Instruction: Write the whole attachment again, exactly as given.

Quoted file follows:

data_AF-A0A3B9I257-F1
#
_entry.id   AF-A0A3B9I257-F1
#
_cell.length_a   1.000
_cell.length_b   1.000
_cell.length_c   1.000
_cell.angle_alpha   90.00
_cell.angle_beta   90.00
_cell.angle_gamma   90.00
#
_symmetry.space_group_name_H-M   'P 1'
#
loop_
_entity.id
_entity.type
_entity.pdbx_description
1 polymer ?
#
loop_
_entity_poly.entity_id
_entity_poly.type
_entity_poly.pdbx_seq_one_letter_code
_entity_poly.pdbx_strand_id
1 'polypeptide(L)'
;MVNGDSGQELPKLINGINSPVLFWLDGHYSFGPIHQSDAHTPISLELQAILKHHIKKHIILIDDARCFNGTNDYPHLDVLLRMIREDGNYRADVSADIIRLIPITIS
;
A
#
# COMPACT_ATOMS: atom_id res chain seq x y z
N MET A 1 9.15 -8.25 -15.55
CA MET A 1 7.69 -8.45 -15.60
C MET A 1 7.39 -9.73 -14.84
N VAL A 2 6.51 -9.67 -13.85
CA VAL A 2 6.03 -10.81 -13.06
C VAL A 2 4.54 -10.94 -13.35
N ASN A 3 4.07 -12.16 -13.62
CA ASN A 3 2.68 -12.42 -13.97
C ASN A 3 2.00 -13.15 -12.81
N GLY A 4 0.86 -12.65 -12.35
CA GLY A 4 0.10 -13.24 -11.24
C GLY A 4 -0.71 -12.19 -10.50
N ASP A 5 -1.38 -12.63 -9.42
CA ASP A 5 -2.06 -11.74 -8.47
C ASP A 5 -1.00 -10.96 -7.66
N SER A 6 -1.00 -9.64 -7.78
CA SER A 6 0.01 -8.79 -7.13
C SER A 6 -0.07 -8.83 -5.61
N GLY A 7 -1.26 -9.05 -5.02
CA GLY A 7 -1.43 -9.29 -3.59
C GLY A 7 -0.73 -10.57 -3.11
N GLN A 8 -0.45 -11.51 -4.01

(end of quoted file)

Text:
data_AF-A0A3B9I257-F1
#
_entry.id   AF-A0A3B9I257-F1
#
_cell.length_a   1.000
_cell.length_b   1.000
_cell.length_c   1.000
_cell.angle_alpha   90.00
_cell.angle_beta   90.00
_cell.angle_gamma   90.00
#
_symmetry.space_group_name_H-M   'P 1'
#
loop_
_entity.id
_entity.type
_entity.pdbx_description
1 polymer ?
#
loop_
_entity_poly.entity_id
_entity_poly.type
_entity_poly.pdbx_seq_one_letter_code
_entity_poly.pdbx_strand_id
1 'polypeptide(L)'
;MVNGDSGQELPKLINGINSPVLFWLDGHYSFGPIHQSDAHTPISLELQAILKHHIKKHIILIDDARCFNGTNDYPHLDVLLRMIREDGNYRADVSADIIRLIPITIS
;
A
#
# COMPACT_ATOMS: atom_id res chain seq x y z
N MET A 1 9.15 -8.25 -15.55
CA MET A 1 7.69 -8.45 -15.60
C MET A 1 7.39 -9.73 -14.84
N VAL A 2 6.51 -9.67 -13.85
CA VAL A 2 6.03 -10.81 -13.06
C VAL A 2 4.54 -10.94 -13.35
N ASN A 3 4.07 -12.16 -13.62
CA ASN A 3 2.68 -12.42 -13.97
C ASN A 3 2.00 -13.15 -12.81
N GLY A 4 0.86 -12.65 -12.35
CA GLY A 4 0.10 -13.24 -11.24
C GLY A 4 -0.71 -12.19 -10.50
N ASP A 5 -1.38 -12.63 -9.42
CA ASP A 5 -2.06 -11.74 -8.47
C ASP A 5 -1.00 -10.96 -7.66
N SER A 6 -1.00 -9.64 -7.78
CA SER A 6 0.01 -8.79 -7.13
C SER A 6 -0.07 -8.83 -5.61
N GLY A 7 -1.26 -9.05 -5.02
CA GLY A 7 -1.43 -9.29 -3.59
C GLY A 7 -0.73 -10.57 -3.11
N GLN A 8 -0.45 -11.51 -4.01